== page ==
Gensler also said he believed the CFTC was wrong to grant firms an exemption from normal rules that allowed them to loan money from one branch of the firm to another, which apparently was how MF Global used customer funds to buy foreign country debt.

Sen. Kent Conrad, D-N.D., noting that those exemptions and the rules were imposed long before Gensler arrived at the agency, said that the accounting system that allowed MF Global to hide the purchase of the foreign debt should be outlawed.

Gensler also noted that the futures market has grown five-fold in recent years while Congress has refused to give the CFTC the money it needs for a more vigorous enforcement mechanism.

For fiscal year 2012, Congress has increased the CFTC budget only $3 million, from $202 million to $205 million. The agency needs a 40 to 50 percent increase over the coming years to buy modern computer equipment and hire more staff, Gensler added. He also noted that, while the Securities and Exchange Commission has 300 examiners, the CFTC has fewer than 20.

Gensler said the agency relies on the Chicago-based CME Group and other private organizations to monitor the industry, but should do annual examinations of clearinghouses and engage in other industry oversight. The agency can write the new tougher rules mandated by the Dodd-Frank law, he said, but won’t have the money to enforce them.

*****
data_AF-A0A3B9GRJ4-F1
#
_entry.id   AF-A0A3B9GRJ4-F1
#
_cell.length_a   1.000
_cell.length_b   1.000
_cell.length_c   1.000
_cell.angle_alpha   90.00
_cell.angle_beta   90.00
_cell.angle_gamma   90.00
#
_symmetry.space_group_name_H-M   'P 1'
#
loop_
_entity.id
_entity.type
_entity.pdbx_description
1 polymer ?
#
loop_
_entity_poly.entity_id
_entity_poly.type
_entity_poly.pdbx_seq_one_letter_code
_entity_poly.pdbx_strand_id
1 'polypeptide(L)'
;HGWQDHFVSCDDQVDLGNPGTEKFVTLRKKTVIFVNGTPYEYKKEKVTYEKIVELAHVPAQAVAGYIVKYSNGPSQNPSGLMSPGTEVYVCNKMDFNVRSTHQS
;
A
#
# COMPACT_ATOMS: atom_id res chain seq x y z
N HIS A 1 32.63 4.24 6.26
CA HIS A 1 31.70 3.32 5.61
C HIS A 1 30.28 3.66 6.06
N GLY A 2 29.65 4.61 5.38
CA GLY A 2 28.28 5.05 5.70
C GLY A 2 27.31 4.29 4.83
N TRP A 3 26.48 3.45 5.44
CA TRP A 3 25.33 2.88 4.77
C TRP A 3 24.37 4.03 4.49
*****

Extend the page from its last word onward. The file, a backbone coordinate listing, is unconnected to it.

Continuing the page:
Sen. Pat Roberts, R-Kans.
Sen. Pat Roberts, R-Kans.
Senate Agriculture Committee ranking member Pat Roberts, R-Kans., said that the MF Global case “has nothing to do with Dodd-Frank.”

Securities and Exchange Commission Chairman Mary Schapiro told Sen. John Hoeven, R-N.D., that Dodd-Frank would create a process for a higher level of scrutiny of firms that could endanger the financial system, but said that provision has not yet been implemented.

Roberts repeatedly pressed Gensler on his decision to recuse himself and on when he made that decision. Gensler said that CFTC ethics officers had told him that he did not need to recuse himself, but that he decided that his previous association with Corzine would be a distraction from the investigation.

Roberts replied that he believed that Gensler’s decision to recuse himself amounted to a “dodge” and that he should have taken full responsibility.

Sen. Mike Johanns, R-Neb., said he agreed with Roberts, that Gensler was trying “to avoid the heat.”

Gensler has assigned Republican CFTC commissioner Jill Sommers to take charge of the MF Global investigation.
Sen. Charles Grassley, R-Iowa
Sen. Charles Grassley, R-Iowa
Sen. Charles Grassley, R-Iowa, who had called for Gensler’s recusal, thanked him for his decision. But he joined the criticism of the CFTC chairman in a press release after the hearing.

“Despite an effort from several of us, there wasn’t a lot of specificity from Chairman Gensler about exactly how and when the CFTC learned of the MF Global collapse and how and when he talked to Jon Corzine about the problem,” Grassley said in the press release. “It’s surprising that Chairman Gensler didn’t have a more precise timeline to offer during his testimony.”

When Johanns asked Gensler whether the CFTC was responsible for not protecting the MF Global customers, Gensler said he took his responsibilities very seriously.

When Johanns asked Sommers the same question, she said that since the investigation is still ongoing, “I can’t comment on whether what ends up being found is the fault of the regulator.”

Asked by Stabenow how they are monitoring the apparently worsening financial situation in Europe, both Gensler and Schapiro said they are working through regulators in other countries.